José Luis Padula

Real name: Padula, José Luis
Guitarist, pianist, composer and leader
(30 October 1893 - 12 June 1945)
Place of birth:
(Tucumán) Argentina
Néstor Pinsón

his musician son of immigrants, born in the northern province of Tucumán, delved into tango and folk music. His father was Italian, he transferred to him his inclination for music. As a child he played harmonica and guitar. Unfortunately he became an orphan at age 12 and he didn't have the support of his mother. About her very little is known. For that reason, being still very young, he went out to the streets to work for his living.

He had the idea of attaching his harmonica to the guitar. He fixed it to a stick fastened by a belt to the upper part of the instrument and so it reached his mouth. The curiosity that such a combination woke up in people, added to his musical intuition and his facility for melody, allowed him to travel throughout his province and other neighboring places until arriving in Rosario city, in the province of Santa Fe.

All this roaming as a drifter made him an impenitent bohemian. He managed to live, but always with the last cent in his pocket, however, he provided for his wife and six children when he definitively settled in Buenos Aires.

Manuel Escobar, a pianist from Tucumán, several years his junior, frequented his table with other friends and he remembered that someone once asked Padula if it was true that at the café España —where he played in an orchestra—, he had placed the lead sheets on his music stand upside down because he had no idea of music reading. «It was true», he answered.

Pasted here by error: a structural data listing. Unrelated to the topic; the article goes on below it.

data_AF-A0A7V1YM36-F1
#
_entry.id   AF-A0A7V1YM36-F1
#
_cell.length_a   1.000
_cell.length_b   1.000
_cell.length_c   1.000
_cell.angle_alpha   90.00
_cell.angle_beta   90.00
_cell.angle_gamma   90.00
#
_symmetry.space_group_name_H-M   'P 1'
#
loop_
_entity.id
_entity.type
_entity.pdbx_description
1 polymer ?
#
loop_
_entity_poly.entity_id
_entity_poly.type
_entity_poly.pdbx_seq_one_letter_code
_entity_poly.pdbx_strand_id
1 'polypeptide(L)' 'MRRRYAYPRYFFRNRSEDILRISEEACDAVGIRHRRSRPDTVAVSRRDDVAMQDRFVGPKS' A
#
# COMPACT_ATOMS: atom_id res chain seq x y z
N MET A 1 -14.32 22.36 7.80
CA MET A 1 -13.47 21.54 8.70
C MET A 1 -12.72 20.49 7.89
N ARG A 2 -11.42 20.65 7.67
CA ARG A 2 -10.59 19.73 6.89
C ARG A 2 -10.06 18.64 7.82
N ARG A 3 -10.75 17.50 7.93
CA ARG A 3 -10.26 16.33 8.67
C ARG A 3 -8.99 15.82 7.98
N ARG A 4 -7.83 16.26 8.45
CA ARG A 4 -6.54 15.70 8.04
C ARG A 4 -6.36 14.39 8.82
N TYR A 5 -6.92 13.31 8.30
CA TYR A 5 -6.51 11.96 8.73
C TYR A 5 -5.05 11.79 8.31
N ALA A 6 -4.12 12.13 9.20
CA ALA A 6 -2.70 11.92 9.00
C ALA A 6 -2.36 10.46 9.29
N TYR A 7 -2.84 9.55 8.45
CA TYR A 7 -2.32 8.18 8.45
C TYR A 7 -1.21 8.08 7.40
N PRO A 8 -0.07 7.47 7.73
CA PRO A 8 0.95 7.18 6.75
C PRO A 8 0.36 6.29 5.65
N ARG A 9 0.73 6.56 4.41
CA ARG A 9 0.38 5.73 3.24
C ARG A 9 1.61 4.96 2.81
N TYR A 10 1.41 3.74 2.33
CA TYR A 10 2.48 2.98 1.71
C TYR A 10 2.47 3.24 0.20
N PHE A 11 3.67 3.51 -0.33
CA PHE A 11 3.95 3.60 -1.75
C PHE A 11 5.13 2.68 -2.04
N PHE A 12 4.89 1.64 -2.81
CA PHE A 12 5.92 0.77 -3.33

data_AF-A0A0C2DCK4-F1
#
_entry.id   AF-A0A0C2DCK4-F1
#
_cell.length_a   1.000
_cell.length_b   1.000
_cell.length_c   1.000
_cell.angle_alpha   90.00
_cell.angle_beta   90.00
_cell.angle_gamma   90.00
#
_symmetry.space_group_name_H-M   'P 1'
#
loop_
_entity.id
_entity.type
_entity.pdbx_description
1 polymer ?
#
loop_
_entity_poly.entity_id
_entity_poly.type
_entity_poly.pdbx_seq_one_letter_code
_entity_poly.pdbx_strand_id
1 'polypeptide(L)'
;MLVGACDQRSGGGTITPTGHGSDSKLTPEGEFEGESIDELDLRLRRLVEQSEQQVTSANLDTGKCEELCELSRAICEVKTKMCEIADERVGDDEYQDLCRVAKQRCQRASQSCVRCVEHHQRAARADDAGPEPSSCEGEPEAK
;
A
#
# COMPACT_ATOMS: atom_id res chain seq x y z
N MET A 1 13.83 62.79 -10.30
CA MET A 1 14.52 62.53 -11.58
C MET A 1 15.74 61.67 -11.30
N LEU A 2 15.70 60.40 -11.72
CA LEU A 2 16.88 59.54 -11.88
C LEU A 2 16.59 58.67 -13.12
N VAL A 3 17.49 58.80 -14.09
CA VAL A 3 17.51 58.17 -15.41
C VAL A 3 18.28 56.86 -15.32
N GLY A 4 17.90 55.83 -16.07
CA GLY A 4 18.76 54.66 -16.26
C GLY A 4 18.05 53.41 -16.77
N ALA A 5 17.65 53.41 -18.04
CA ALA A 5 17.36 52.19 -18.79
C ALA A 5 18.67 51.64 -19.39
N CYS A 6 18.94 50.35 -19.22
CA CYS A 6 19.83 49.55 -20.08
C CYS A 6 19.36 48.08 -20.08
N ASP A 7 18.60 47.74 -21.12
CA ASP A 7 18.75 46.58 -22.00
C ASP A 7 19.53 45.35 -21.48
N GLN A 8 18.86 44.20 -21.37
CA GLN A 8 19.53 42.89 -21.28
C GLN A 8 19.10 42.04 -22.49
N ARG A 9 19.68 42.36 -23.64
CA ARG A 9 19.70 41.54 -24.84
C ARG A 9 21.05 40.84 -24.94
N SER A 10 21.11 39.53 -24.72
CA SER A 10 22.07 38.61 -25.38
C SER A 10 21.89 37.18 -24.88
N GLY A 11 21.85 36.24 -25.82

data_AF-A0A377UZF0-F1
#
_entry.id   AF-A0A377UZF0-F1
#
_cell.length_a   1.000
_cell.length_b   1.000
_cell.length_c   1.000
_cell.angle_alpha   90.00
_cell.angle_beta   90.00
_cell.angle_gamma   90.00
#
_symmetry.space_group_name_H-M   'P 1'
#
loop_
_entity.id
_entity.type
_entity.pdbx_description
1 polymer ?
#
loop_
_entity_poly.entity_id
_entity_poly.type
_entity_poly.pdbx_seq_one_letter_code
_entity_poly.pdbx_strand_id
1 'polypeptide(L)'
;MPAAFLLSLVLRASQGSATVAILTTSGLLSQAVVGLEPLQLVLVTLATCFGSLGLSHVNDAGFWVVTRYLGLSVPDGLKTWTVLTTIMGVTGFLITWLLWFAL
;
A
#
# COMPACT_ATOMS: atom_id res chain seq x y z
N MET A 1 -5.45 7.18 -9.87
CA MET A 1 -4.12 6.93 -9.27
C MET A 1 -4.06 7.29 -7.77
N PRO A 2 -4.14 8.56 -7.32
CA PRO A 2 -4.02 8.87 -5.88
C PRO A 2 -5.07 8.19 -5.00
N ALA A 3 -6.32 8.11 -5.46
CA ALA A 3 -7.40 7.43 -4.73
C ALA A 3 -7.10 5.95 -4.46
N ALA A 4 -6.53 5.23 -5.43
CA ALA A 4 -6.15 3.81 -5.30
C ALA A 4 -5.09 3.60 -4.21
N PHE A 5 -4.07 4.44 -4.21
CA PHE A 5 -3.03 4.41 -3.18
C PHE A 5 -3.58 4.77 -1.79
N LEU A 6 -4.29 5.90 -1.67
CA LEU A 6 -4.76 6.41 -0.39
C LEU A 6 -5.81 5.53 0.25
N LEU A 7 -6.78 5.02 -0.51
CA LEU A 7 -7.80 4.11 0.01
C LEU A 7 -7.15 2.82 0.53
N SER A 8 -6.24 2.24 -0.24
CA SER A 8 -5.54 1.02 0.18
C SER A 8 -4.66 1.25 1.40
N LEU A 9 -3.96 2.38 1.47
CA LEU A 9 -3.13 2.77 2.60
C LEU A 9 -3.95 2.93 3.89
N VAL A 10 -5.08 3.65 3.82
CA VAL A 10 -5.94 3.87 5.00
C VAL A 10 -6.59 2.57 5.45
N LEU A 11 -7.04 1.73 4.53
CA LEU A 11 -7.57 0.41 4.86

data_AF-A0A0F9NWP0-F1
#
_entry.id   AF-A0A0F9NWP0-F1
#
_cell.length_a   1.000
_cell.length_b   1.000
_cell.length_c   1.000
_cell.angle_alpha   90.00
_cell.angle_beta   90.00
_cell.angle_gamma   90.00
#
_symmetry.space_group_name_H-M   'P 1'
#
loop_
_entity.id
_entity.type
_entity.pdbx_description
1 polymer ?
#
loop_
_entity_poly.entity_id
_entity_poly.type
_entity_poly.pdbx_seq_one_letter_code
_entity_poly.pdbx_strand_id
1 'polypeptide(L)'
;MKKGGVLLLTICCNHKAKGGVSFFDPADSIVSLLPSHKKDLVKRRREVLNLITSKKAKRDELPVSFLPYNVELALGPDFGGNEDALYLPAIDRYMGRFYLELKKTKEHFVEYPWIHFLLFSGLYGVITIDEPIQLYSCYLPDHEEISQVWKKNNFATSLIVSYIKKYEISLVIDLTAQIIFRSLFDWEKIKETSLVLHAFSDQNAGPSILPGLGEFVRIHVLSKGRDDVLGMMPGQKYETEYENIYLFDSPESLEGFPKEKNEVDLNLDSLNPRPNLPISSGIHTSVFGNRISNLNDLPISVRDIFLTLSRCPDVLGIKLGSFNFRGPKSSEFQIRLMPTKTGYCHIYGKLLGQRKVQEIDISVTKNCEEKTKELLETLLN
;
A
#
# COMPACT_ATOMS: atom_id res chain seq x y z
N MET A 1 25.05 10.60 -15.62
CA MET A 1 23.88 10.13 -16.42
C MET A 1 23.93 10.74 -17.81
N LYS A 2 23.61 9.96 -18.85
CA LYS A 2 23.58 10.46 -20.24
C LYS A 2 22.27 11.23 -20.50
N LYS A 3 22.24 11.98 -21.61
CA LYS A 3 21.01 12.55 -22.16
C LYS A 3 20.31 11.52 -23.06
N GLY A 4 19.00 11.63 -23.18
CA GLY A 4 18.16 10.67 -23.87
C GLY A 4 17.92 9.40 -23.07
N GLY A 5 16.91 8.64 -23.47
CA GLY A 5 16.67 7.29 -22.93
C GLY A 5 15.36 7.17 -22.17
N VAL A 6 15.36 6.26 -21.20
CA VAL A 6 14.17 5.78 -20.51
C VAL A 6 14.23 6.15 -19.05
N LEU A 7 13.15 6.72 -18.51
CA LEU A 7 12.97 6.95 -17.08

He was naturally gifted and he ended up having a clean style full of rhythm and suggestions when on the piano he played tangos. And Escobar continues: «He was a man of a good physical complexion, correctly dressed according to his possibilities, fond of nightlife, talkative and joker, author of original phrases, coffee-addict, and named by some as “The one-eyed” because of his closed right eye. He was a talent and a lovable fellow.»

Based in our city since 1936, his first stint was at a cheap café of Avellaneda, where he earned two pesos with his guitar with the attached harmonica. But when by chance in the attic of the local he found a piano and the owner of the local heard him practice, the latter suggested paying him twice if he also worked as a pianist. His stay in the city was not permanent, he frequently made trips to Rosario and Córdoba when gigs arose.